A dozen eggs and one small boy is a potent combination. I wondered why he was content to play with a shoe box all the way home, then found it was the EGG box! It could have been worse, I guess, for he only cracked two and broke one over an old quilt. The quilt needed washing, anyway.
Seeing a baby asleep on an aeroplane isn’t an uncommon sight, but I wonder how many parents see their little ones using a plane as a pillow? $ couldn’t “hatch” his big Fisher-Price aeroplane as he does all his matchbox toys, so he chose it for a pillow, and thereby slept on an aeroplane in his cot.
Much to $’s and John’s pleasure, we took a local train from Reigate to Reading sitting in the last seat on the train, watching the world go by backwards. It was fun to see towns we know by car from a different angle. There were eight tracks going through the Reading station – the center for all trains going West. To speed things up, we took the express back to Redhill, this time in the front seat where we could see the tracks.
Our friends, Barbara and John C, came to spend the day with us Saturday. Their two red-headed boys love trains and thoroughly enjoyed the new layout John had completed at 3:00 a.m. that morning. For that matter, $ was intrigued with it as soon as he saw it and the girls as soon as others began playing with it. After our noon dinner, we went for a long rambling walk past the golf club and looping back around through the town. It seems to be the thing to do after a heavy meal, except at night when it’s dark. We found out that John C grew up across the main highway from here and knows Walton quite well. He remembers a windmill that was one of the few things demolished by a flying bomb in the war. He was also aware of some of the nobility who had put the golf club on the map.
After our ramble, we had a hearty tea – more like a Sunday supper. The children certainly put away the food, probably because of the exercise and having more familiar foods to choose from.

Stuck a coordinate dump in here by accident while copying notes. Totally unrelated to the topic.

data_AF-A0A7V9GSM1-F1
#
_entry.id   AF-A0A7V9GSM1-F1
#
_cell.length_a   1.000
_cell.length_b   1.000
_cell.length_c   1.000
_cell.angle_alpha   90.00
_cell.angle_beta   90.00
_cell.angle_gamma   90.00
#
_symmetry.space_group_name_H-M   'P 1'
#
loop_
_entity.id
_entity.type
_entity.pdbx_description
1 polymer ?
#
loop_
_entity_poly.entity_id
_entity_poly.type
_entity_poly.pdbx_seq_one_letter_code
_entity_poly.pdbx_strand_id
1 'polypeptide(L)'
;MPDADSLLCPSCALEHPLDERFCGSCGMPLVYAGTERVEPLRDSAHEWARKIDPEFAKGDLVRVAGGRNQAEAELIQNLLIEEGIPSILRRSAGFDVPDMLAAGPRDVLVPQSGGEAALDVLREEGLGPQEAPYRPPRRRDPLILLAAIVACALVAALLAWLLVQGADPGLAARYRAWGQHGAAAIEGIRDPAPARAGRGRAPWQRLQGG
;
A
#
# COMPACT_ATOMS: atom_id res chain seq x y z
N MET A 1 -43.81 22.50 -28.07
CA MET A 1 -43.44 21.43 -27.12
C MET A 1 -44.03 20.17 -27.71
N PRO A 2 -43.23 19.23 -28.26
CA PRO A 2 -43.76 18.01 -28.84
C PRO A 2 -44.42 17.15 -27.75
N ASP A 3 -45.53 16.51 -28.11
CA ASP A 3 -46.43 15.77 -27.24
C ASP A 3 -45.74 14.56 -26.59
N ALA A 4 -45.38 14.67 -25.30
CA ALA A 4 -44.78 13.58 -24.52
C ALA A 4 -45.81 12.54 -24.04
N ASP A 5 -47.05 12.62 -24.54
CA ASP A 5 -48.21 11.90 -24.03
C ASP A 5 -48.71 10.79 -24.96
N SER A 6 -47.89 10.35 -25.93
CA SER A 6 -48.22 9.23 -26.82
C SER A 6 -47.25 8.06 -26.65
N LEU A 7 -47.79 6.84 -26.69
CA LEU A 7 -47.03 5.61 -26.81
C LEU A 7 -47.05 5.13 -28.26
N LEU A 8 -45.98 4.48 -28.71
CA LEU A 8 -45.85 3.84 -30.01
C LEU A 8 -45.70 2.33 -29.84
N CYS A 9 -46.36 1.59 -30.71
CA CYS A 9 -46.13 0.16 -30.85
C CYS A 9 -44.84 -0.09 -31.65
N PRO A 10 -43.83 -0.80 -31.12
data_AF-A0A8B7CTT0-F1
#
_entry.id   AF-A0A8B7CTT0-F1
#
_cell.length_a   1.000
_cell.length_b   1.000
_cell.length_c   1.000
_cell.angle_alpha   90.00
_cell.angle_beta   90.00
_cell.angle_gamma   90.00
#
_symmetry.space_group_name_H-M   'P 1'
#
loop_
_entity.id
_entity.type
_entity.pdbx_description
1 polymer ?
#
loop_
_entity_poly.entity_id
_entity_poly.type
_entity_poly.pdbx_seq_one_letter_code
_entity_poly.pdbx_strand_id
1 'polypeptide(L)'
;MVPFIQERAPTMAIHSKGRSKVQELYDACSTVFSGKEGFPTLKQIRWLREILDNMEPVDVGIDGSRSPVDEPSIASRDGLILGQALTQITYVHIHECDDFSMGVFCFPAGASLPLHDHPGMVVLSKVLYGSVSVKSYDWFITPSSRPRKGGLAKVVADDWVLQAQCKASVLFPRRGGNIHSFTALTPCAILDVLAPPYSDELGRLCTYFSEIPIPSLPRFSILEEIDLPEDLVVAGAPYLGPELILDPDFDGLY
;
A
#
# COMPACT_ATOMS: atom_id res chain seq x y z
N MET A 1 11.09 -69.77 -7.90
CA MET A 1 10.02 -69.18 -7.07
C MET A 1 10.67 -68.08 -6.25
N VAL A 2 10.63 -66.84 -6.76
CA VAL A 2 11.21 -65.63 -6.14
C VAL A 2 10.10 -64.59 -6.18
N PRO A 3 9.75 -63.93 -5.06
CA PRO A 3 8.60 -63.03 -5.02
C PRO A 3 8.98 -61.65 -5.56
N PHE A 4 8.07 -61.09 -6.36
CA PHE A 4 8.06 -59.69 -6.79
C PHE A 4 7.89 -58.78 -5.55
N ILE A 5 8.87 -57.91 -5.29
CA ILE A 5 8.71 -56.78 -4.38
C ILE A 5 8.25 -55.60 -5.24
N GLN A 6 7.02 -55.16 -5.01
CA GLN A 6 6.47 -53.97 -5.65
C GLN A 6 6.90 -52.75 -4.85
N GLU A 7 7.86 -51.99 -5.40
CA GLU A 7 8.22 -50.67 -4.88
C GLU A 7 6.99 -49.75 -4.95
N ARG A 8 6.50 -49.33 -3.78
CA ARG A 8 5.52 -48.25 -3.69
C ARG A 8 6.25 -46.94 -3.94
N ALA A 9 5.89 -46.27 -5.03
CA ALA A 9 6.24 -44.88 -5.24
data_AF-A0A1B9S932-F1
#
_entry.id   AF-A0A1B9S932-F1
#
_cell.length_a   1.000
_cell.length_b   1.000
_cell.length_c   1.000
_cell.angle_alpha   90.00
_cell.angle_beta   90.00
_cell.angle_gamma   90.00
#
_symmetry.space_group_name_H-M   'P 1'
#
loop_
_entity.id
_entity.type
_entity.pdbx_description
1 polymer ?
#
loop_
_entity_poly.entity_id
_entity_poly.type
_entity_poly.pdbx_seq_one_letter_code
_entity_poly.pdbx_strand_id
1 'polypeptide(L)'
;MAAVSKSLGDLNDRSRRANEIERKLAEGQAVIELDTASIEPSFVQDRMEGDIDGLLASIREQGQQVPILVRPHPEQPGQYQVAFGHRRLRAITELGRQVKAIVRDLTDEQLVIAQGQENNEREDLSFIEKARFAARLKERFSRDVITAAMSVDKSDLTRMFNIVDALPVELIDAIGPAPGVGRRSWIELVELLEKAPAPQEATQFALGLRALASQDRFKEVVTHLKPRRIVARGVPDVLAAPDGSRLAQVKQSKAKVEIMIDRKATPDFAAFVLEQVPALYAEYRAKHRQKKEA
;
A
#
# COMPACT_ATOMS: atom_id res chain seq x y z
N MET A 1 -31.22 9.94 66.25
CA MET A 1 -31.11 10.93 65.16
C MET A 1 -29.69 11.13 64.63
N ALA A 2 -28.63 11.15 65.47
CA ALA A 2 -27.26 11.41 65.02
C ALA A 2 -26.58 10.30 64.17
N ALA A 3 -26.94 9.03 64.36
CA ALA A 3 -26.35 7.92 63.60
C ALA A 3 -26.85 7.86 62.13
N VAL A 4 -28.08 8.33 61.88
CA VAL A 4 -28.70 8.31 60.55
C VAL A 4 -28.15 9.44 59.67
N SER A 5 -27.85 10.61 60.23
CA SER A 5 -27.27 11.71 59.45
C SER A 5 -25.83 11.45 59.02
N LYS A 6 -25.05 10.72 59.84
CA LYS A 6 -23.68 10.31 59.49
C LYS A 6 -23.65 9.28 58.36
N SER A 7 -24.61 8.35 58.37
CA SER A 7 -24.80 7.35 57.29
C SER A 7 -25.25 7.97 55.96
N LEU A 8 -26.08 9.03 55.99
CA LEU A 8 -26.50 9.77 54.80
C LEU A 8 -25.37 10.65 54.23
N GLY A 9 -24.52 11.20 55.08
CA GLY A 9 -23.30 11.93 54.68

I’ll bet Vivien would be surprised to find he was a direct answer to prayer. We and Philippa were all ready to hop in the car Sunday morning, but the car wouldn’t start. Both John and I tried it repeatedly. John walked in the house in disgust while I gave it one more try. When it still balked, I said, “Lord, if you want us to go to church in Chichester Cathedral, then you’ll have to get this buggy going.” With that, Vivien tapped on the window, suggested we push the car to the front door, and use a hair dryer on the spark plugs. I took a photo of the proceedings. The car sprang to life, and off we went. A one-second prayer resulted in a five-minute miracle.
Despite our late start, we parked a few yards from the church and walked straight into an elderly man who guided us to the steps of the choir. He instructed a younger man to seat us where the GIRLS could see the BOYS singing. There were six men and eleven boys, five of the eleven wearing glasses. The choir was perfectly balanced, and their diction was so good that I understood every word. The slideshow below shows the steeple, the separate bell tower, and an area inside where repairs were being made.
We felt this cathedral, though one of the oldest in England, is the most progressive. They have preserved the ancient parts while constantly adding new things. There is a small side window by Marc Chagall, a flag that Sir Francis Chichester had flown on his boat, and a brilliantly coloured tapestry woven in 1966 hanging behind the altar.
The shopping area of Chichester is still enclosed by Roman walls, and much of it is for pedestrians only. We saw the market cross – a Gothic structure with clocks – at the cross roads in the center. In a long row of shops was an ancient church that took our fancy; it had been turned into a delightful little religious book shop. We ate a delicious dinner in a restaurant called the Vicar’s Hall, housed in a former church building.
We then drove a short distance to the ruins of Fishbourne Roman Villa – a huge place that is now partly covered by a town. It’s amazing what the experts can deduce from rubble. The introductory film put forth the educated guesses as to when the various parts of the buildings were erected, how rooms were changed, the name of the owner, the fact that children of high-born parents lived there, and that the decaying building was destroyed by fire. They had carefully uncovered the oldest mosaics in England made when St. Paul was preaching around the Roman Empire!!!!
Below are photos showing a mosaic at the Roman villa and a mug decorated with an image from the floor. We bought the mug 40 years ago and still have it in our collection.